Flashcards are one of the most popular study techniques for med students, future lawyers studying for the bar – and our favorite demographic, language learners. They predate oddly-intrusive language games, hypnosis, and night-long Red-Bull-fueled study marathons. Their popularity and simplicity has turned into somewhat of a curse: it’s hard not to immediately assume that something so basic could really be good.
And yet, sometimes the popular methods are popular for a reason. Is that the case here? Are flashcards effective? The answer is yes – but only if you are smart about them.
Before you let yours collect dust among all the other piles of pretty stationary, let’s take a closer look at how they work, and how you can make them better.
What’s the Point of Flashcards for Language Learning?
Among people trying to learn a language, flashcards are often used to help with memory and vocabulary retention. Strictly speaking, they are a type of “practiced information retrieval”.
This is a technique for active learning used to move knowledge from your recent memory (such as the vocabulary list you just had in front of you) into your long-term memory.
The proponents of retrieval practice say that every time you force your mind to recall a piece of information that is not in front of you, you will be shortening the length of time required to do this in the future.
When you look at it this way, a flashcard set is simply a practical way to hide the knowledge you are trying to recall. Instead of carrying a whole dictionary with you on the bus, you just need a small set of square-shaped pieces of paper.
So that’s it?
Most people use flashcards in pretty repetitive manner: take the one on top of the deck, check out the prompt (for example, the word “tree”) and then flip it to get “arbol”, “arbre” or the equivalent in your target language.
This quickly gets boring, and it won’t really provide you with much of a challenge. After a few days of doing this for an hour a day, most people just stop using them – and then, just like that gym membership from before the Pandemic, the method yields no results.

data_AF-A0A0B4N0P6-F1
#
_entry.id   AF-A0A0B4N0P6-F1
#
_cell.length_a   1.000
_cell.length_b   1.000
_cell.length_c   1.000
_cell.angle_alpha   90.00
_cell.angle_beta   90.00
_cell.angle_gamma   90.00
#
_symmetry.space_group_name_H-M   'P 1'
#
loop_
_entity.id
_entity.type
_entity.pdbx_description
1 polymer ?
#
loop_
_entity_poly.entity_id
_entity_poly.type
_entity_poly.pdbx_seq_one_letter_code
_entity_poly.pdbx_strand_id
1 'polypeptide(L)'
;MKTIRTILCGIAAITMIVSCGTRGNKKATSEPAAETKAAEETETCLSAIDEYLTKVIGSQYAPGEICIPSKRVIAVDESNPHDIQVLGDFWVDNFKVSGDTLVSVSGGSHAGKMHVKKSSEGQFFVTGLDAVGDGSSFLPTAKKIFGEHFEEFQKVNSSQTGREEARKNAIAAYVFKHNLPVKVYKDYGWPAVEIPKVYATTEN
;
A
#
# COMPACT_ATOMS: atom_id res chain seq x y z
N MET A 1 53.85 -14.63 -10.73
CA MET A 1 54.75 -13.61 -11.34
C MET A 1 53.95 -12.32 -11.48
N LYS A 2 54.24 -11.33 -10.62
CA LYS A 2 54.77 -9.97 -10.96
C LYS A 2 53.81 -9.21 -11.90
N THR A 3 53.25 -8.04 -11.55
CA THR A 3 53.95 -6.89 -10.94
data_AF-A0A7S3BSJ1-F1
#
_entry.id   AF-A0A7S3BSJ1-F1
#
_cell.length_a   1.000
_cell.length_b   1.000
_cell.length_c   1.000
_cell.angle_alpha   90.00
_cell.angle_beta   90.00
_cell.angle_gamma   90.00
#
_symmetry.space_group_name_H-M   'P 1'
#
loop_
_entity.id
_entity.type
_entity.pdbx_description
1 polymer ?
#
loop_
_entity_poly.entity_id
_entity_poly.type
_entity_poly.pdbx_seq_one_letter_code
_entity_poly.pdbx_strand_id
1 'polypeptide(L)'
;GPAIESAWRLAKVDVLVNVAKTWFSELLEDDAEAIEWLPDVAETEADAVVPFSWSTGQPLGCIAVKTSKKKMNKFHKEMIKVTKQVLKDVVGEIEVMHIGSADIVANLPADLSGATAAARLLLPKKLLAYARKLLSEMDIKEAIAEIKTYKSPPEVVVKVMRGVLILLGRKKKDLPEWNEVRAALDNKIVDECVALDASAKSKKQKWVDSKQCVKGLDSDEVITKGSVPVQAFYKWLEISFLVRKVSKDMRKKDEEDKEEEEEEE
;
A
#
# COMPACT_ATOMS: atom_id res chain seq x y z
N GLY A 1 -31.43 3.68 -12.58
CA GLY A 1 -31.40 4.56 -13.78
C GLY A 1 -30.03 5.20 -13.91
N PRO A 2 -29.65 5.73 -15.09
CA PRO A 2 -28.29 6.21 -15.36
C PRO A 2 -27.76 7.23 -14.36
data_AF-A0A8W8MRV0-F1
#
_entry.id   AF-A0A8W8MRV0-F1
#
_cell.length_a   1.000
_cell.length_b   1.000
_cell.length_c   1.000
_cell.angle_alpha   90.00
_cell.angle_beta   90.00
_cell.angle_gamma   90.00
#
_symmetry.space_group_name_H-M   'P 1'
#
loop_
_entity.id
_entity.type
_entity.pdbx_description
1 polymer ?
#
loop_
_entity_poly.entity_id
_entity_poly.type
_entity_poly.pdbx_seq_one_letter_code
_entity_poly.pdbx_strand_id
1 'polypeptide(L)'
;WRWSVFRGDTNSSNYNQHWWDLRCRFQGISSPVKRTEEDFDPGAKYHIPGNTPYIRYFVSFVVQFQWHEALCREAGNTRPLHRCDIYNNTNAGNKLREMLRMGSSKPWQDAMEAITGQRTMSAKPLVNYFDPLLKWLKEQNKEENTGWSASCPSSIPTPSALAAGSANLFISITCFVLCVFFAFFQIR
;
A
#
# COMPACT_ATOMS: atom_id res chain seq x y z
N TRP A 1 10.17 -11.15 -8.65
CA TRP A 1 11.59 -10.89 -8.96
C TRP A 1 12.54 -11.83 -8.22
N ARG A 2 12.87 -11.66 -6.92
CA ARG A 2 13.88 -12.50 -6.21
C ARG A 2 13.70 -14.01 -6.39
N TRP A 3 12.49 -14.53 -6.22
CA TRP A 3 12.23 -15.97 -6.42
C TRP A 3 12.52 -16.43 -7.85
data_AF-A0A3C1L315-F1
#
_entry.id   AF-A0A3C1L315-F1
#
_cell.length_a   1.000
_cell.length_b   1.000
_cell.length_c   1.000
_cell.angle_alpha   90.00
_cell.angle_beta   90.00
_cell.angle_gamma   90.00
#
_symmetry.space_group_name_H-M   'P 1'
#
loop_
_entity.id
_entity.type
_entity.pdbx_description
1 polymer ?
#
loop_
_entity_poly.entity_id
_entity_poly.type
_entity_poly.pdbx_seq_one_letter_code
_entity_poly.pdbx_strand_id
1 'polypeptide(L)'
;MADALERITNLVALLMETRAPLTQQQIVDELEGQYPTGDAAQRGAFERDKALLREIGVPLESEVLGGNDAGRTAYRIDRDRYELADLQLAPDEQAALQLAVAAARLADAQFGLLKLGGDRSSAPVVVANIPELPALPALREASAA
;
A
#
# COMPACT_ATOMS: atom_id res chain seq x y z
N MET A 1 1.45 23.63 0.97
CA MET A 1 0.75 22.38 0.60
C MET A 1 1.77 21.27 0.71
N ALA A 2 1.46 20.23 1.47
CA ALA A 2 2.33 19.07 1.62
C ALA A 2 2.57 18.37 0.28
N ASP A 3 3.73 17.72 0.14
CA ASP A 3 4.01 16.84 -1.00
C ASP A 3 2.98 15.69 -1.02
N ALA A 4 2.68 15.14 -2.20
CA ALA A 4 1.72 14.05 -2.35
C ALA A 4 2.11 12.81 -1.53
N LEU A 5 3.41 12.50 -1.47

So what should you be doing instead?
Powering up Your Flashcard Game
Just like any other high-tech tool, flashcards work better when paired up with a good strategy. And tasked by our supervisors to find the best way to make your language learning experience easier, we collected a few strategies to help you make the most of them.
1. Make your own
Yes, we all love the convenience of pre-made flashcard sets for your second-favourite app, or even store-bought, laminated decks.
However, there is a lot to be said for the old-school act of setting things to pen and paper. The process of identifying which words to use, plus writing down all these words in your brand-new piece of cardboard, will help kick-start the learning process.
2. Add pictures
Languages have existed for at least 50,000 years, while writing has been around for less than 10,000. Your animal brain still considers letters to be a crazy new technology – but we are primed by evolution to interpret images and locations better.
So instead of just writing down “tree” again (you already know that word, anyway), why not draw a quick tree?
3. Start with the native side
For most people who are trying to learn a language online, understanding tends to come before retrieval. So there’s a good chance that, whenever you see the word arbre, you already understand that means tree.
But have you tried to remember arbre from scratch in the middle of a conversation?
When using your flashcards to quiz yourself, start with the side on your native language. Then pause, and make yourself remember the word in your target language.
4. Expand after the flip
After you flip each flashcard, don’t stop after reading the other side. After a while, your brain will disengage itself from the task and you won’t really be studying anymore.
Instead, say the word out loud and then use it in a sentence. For extra points, try to make that sentence a realistic one, or one that has some context. You can always borrow ideas from one of the characters from your favorite foreign TV show.
Don’t have a foreign TV show yet? Find some options here.
5. Take a page from Feynman
Have you ever heard about the Feynman method?
Richard Feynman was a nuclear physicist, musician, polyglot, and Nobel Prize winner. He is the one who came up with the whole “explain like I’m five” trope. According to Feynman, the best way to learn something is to strip it down to its simplest terms, and then teach it to a child.
Now, we are not in the business of teaching nuclear physics, but this can still be useful for your flashcards. Sometimes, we add so many extra notes and marks on each flashcard – complex words, the gender, conjugations – in an attempt to be thorough. This makes them hard to read and recall.
Instead, test out your set by showing it to the closest 5-year-old.
6. Use Spaced Repetition
Spaced repetition is all the rage among learners these days. For once, this is an evidence-based technique that researchers have tested and controlled (but so is learning by watching subtitled TV).
The idea behind spaced repetition is to go through the newest or more difficult flashcards more often, and to go through the ones you have already mastered less often.
You can determine which ones are the “hard” ones through a complex algorithm that keeps careful track of every error you make… or you can simply put them into boxes.
To Sum Up
Flashcards are a great way to practice your vocabulary. They get an unfair bad rap for being boring and repetitive – but this is largely because many just don’t use their true potential. The tips we gave you here should keep them as an active task that can hold your attention.
Try Lingopie in our 7-day free trial to see if it’s right for you. You can find pricing here.